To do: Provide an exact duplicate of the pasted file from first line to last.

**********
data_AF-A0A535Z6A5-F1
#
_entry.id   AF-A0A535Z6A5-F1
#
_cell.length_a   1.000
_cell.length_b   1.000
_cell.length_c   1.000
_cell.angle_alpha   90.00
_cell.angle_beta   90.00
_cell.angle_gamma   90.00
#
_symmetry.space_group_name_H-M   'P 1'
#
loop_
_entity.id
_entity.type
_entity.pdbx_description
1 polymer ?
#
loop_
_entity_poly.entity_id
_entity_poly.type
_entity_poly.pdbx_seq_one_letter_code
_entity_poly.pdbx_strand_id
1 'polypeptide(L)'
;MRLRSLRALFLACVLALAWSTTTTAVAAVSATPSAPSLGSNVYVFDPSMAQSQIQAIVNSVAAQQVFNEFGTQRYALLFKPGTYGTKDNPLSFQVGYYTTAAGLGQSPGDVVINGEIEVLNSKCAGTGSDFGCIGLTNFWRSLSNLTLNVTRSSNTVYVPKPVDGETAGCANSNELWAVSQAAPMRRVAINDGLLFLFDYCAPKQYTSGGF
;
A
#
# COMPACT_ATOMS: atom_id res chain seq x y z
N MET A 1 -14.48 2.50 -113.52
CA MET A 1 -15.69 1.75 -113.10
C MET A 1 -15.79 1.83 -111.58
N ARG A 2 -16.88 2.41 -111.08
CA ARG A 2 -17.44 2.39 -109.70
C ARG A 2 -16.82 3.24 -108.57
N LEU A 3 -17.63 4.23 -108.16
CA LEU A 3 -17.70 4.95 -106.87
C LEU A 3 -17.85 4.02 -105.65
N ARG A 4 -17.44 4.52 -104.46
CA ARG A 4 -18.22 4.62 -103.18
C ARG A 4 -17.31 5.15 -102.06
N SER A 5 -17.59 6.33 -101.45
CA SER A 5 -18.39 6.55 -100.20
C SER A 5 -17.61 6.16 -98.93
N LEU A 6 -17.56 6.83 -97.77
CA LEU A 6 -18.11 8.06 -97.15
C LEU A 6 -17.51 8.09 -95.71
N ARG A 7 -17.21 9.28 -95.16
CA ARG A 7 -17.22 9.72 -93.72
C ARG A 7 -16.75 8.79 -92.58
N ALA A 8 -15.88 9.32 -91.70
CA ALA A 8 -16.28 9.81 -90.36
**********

data_AF-A0A535Z6A5-F1
#
_entry.id   AF-A0A535Z6A5-F1
#
_cell.length_a   1.000
_cell.length_b   1.000
_cell.length_c   1.000
_cell.angle_alpha   90.00
_cell.angle_beta   90.00
_cell.angle_gamma   90.00
#
_symmetry.space_group_name_H-M   'P 1'
#
loop_
_entity.id
_entity.type
_entity.pdbx_description
1 polymer ?
#
loop_
_entity_poly.entity_id
_entity_poly.type
_entity_poly.pdbx_seq_one_letter_code
_entity_poly.pdbx_strand_id
1 'polypeptide(L)'
;MRLRSLRALFLACVLALAWSTTTTAVAAVSATPSAPSLGSNVYVFDPSMAQSQIQAIVNSVAAQQVFNEFGTQRYALLFKPGTYGTKDNPLSFQVGYYTTAAGLGQSPGDVVINGEIEVLNSKCAGTGSDFGCIGLTNFWRSLSNLTLNVTRSSNTVYVPKPVDGETAGCANSNELWAVSQAAPMRRVAINDGLLFLFDYCAPKQYTSGGF
;
A
#
# COMPACT_ATOMS: atom_id res chain seq x y z
N MET A 1 -14.48 2.50 -113.52
CA MET A 1 -15.69 1.75 -113.10
C MET A 1 -15.79 1.83 -111.58
N ARG A 2 -16.88 2.41 -111.08
CA ARG A 2 -17.44 2.39 -109.70
C ARG A 2 -16.82 3.24 -108.57
N LEU A 3 -17.63 4.23 -108.16
CA LEU A 3 -17.70 4.95 -106.87
C LEU A 3 -17.85 4.02 -105.65
N ARG A 4 -17.44 4.52 -104.46
CA ARG A 4 -18.22 4.62 -103.18
C ARG A 4 -17.31 5.15 -102.06
N SER A 5 -17.59 6.33 -101.45
CA SER A 5 -18.39 6.55 -100.20
C SER A 5 -17.61 6.16 -98.93
N LEU A 6 -17.56 6.83 -97.77
CA LEU A 6 -18.11 8.06 -97.15
C LEU A 6 -17.51 8.09 -95.71
N ARG A 7 -17.21 9.28 -95.16
CA ARG A 7 -17.22 9.72 -93.72
C ARG A 7 -16.75 8.79 -92.58
N ALA A 8 -15.88 9.32 -91.70
CA ALA A 8 -16.28 9.81 -90.36